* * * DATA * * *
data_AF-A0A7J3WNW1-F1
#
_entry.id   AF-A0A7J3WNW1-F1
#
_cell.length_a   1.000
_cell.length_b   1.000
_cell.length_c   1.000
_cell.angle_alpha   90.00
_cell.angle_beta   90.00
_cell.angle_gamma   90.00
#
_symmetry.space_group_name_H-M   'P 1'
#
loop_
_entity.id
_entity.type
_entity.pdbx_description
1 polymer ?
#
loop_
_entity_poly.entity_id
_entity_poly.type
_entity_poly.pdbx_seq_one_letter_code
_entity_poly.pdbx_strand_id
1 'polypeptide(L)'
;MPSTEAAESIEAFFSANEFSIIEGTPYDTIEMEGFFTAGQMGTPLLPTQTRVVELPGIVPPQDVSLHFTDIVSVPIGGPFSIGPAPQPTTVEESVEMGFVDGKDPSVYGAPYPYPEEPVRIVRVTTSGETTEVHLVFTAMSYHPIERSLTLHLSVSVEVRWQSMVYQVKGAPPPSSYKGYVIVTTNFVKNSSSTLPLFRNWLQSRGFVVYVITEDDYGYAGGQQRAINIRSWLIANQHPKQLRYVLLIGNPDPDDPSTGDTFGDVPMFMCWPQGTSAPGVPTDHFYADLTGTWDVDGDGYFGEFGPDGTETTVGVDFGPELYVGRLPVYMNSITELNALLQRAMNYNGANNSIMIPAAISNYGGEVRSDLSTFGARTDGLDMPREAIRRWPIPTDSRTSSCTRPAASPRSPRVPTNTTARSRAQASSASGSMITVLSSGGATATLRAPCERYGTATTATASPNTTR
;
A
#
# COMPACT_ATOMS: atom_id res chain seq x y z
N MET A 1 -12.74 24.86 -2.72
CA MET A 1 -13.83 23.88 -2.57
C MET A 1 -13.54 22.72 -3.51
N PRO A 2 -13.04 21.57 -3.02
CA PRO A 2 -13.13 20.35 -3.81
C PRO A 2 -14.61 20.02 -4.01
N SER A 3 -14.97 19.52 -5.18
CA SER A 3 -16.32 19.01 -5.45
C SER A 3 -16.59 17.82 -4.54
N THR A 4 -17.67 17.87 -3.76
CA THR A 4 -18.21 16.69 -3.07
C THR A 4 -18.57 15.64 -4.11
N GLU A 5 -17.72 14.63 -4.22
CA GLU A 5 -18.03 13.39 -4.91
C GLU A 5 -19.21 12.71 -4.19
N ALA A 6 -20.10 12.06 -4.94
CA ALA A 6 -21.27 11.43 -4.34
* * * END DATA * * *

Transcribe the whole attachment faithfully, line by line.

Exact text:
data_AF-A0A7J3WNW1-F1
#
_entry.id   AF-A0A7J3WNW1-F1
#
_cell.length_a   1.000
_cell.length_b   1.000
_cell.length_c   1.000
_cell.angle_alpha   90.00
_cell.angle_beta   90.00
_cell.angle_gamma   90.00
#
_symmetry.space_group_name_H-M   'P 1'
#
loop_
_entity.id
_entity.type
_entity.pdbx_description
1 polymer ?
#
loop_
_entity_poly.entity_id
_entity_poly.type
_entity_poly.pdbx_seq_one_letter_code
_entity_poly.pdbx_strand_id
1 'polypeptide(L)'
;MPSTEAAESIEAFFSANEFSIIEGTPYDTIEMEGFFTAGQMGTPLLPTQTRVVELPGIVPPQDVSLHFTDIVSVPIGGPFSIGPAPQPTTVEESVEMGFVDGKDPSVYGAPYPYPEEPVRIVRVTTSGETTEVHLVFTAMSYHPIERSLTLHLSVSVEVRWQSMVYQVKGAPPPSSYKGYVIVTTNFVKNSSSTLPLFRNWLQSRGFVVYVITEDDYGYAGGQQRAINIRSWLIANQHPKQLRYVLLIGNPDPDDPSTGDTFGDVPMFMCWPQGTSAPGVPTDHFYADLTGTWDVDGDGYFGEFGPDGTETTVGVDFGPELYVGRLPVYMNSITELNALLQRAMNYNGANNSIMIPAAISNYGGEVRSDLSTFGARTDGLDMPREAIRRWPIPTDSRTSSCTRPAASPRSPRVPTNTTARSRAQASSASGSMITVLSSGGATATLRAPCERYGTATTATASPNTTR
;
A
#
# COMPACT_ATOMS: atom_id res chain seq x y z
N MET A 1 -12.74 24.86 -2.72
CA MET A 1 -13.83 23.88 -2.57
C MET A 1 -13.54 22.72 -3.51
N PRO A 2 -13.04 21.57 -3.02
CA PRO A 2 -13.13 20.35 -3.81
C PRO A 2 -14.61 20.02 -4.01
N SER A 3 -14.97 19.52 -5.18
CA SER A 3 -16.32 19.01 -5.45
C SER A 3 -16.59 17.82 -4.54
N THR A 4 -17.67 17.87 -3.76
CA THR A 4 -18.21 16.69 -3.07
C THR A 4 -18.57 15.64 -4.11
N GLU A 5 -17.72 14.63 -4.22
CA GLU A 5 -18.03 13.39 -4.91
C GLU A 5 -19.21 12.71 -4.19
N ALA A 6 -20.10 12.06 -4.94
CA ALA A 6 -21.27 11.43 -4.34